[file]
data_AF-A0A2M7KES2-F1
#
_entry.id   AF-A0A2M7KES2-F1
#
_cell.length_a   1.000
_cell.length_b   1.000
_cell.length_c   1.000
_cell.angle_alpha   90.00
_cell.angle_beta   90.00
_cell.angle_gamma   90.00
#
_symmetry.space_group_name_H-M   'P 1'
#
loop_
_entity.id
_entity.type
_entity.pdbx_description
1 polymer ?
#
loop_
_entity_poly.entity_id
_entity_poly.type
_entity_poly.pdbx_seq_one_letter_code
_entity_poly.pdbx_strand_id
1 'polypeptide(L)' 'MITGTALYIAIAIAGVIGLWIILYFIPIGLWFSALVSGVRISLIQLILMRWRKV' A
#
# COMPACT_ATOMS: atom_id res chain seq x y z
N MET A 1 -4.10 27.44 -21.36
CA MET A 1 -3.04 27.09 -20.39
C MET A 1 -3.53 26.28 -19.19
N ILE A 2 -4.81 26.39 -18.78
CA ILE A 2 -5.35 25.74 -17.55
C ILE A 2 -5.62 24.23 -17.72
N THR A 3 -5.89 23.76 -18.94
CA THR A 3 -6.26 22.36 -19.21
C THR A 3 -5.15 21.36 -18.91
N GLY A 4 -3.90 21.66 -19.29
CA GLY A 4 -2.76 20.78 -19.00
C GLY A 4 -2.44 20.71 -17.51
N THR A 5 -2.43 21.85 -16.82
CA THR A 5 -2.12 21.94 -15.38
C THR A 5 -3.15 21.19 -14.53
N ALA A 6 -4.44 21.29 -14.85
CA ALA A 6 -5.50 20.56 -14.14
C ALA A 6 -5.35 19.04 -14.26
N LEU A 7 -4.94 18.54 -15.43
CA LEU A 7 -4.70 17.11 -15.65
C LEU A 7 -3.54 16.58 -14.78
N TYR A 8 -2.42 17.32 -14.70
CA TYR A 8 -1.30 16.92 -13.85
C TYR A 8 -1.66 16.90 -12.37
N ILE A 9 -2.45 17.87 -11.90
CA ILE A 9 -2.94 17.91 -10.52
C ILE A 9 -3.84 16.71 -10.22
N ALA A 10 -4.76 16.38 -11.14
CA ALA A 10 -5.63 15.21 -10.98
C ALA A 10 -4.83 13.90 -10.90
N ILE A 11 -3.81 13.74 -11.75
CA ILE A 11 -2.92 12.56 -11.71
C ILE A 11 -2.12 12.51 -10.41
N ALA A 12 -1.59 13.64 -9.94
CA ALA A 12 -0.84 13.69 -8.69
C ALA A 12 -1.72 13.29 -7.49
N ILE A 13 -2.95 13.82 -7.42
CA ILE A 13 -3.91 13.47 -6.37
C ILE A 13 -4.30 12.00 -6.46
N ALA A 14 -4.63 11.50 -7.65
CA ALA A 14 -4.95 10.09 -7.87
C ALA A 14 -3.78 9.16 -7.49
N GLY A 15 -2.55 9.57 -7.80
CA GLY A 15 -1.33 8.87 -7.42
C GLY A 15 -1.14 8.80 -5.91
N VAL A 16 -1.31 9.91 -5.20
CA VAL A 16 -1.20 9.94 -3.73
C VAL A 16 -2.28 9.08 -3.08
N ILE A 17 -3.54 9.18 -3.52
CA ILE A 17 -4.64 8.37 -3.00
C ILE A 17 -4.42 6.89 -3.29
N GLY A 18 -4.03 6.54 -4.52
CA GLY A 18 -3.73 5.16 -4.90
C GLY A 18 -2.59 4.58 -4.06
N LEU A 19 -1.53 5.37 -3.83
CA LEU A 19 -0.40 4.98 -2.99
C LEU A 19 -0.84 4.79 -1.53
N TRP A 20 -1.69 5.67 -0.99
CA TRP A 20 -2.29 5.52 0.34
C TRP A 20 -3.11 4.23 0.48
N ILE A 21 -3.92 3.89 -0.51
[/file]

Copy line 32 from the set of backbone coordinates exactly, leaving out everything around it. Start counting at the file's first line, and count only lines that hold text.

CA ILE A 2 -5.35 25.74 -17.55